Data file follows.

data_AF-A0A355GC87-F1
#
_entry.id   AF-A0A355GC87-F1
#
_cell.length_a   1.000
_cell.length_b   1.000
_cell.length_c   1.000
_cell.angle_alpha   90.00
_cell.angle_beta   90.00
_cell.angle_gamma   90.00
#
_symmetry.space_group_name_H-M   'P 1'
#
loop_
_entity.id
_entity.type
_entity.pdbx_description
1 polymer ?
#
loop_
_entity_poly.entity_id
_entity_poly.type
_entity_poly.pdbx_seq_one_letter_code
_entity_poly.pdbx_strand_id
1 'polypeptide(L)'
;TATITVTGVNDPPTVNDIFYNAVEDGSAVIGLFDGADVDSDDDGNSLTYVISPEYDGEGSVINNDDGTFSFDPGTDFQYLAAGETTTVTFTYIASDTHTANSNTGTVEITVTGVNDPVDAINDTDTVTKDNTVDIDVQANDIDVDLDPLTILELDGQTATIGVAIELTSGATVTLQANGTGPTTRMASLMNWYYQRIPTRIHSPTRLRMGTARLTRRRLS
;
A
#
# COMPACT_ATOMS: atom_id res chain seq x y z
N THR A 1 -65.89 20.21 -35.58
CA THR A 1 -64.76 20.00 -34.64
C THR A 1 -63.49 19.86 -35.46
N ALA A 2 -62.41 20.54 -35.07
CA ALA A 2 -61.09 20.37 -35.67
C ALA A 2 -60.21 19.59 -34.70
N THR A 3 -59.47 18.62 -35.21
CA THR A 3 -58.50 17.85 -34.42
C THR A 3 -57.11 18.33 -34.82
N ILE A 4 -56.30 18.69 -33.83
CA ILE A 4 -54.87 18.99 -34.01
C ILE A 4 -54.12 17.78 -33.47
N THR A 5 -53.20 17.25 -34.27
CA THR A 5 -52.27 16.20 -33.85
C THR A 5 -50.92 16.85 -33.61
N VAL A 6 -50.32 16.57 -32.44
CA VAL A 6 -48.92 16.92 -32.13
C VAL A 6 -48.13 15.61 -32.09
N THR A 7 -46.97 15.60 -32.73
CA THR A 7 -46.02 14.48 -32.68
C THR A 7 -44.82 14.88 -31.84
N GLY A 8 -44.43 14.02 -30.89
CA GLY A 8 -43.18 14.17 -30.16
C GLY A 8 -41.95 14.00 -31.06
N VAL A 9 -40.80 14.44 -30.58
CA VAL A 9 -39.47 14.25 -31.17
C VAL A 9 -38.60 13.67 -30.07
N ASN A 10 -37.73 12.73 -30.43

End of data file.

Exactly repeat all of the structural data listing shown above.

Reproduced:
data_AF-A0A355GC87-F1
#
_entry.id   AF-A0A355GC87-F1
#
_cell.length_a   1.000
_cell.length_b   1.000
_cell.length_c   1.000
_cell.angle_alpha   90.00
_cell.angle_beta   90.00
_cell.angle_gamma   90.00
#
_symmetry.space_group_name_H-M   'P 1'
#
loop_
_entity.id
_entity.type
_entity.pdbx_description
1 polymer ?
#
loop_
_entity_poly.entity_id
_entity_poly.type
_entity_poly.pdbx_seq_one_letter_code
_entity_poly.pdbx_strand_id
1 'polypeptide(L)'
;TATITVTGVNDPPTVNDIFYNAVEDGSAVIGLFDGADVDSDDDGNSLTYVISPEYDGEGSVINNDDGTFSFDPGTDFQYLAAGETTTVTFTYIASDTHTANSNTGTVEITVTGVNDPVDAINDTDTVTKDNTVDIDVQANDIDVDLDPLTILELDGQTATIGVAIELTSGATVTLQANGTGPTTRMASLMNWYYQRIPTRIHSPTRLRMGTARLTRRRLS
;
A
#
# COMPACT_ATOMS: atom_id res chain seq x y z
N THR A 1 -65.89 20.21 -35.58
CA THR A 1 -64.76 20.00 -34.64
C THR A 1 -63.49 19.86 -35.46
N ALA A 2 -62.41 20.54 -35.07
CA ALA A 2 -61.09 20.37 -35.67
C ALA A 2 -60.21 19.59 -34.70
N THR A 3 -59.47 18.62 -35.21
CA THR A 3 -58.50 17.85 -34.42
C THR A 3 -57.11 18.33 -34.82
N ILE A 4 -56.30 18.69 -33.83
CA ILE A 4 -54.87 18.99 -34.01
C ILE A 4 -54.12 17.78 -33.47
N THR A 5 -53.20 17.25 -34.27
CA THR A 5 -52.27 16.20 -33.85
C THR A 5 -50.92 16.85 -33.61
N VAL A 6 -50.32 16.57 -32.44
CA VAL A 6 -48.92 16.92 -32.13
C VAL A 6 -48.13 15.61 -32.09
N THR A 7 -46.97 15.60 -32.73
CA THR A 7 -46.02 14.48 -32.68
C THR A 7 -44.82 14.88 -31.84
N GLY A 8 -44.43 14.02 -30.89
CA GLY A 8 -43.18 14.17 -30.16
C GLY A 8 -41.95 14.00 -31.06
N VAL A 9 -40.80 14.44 -30.58
CA VAL A 9 -39.47 14.25 -31.17
C VAL A 9 -38.60 13.67 -30.07
N ASN A 10 -37.73 12.73 -30.43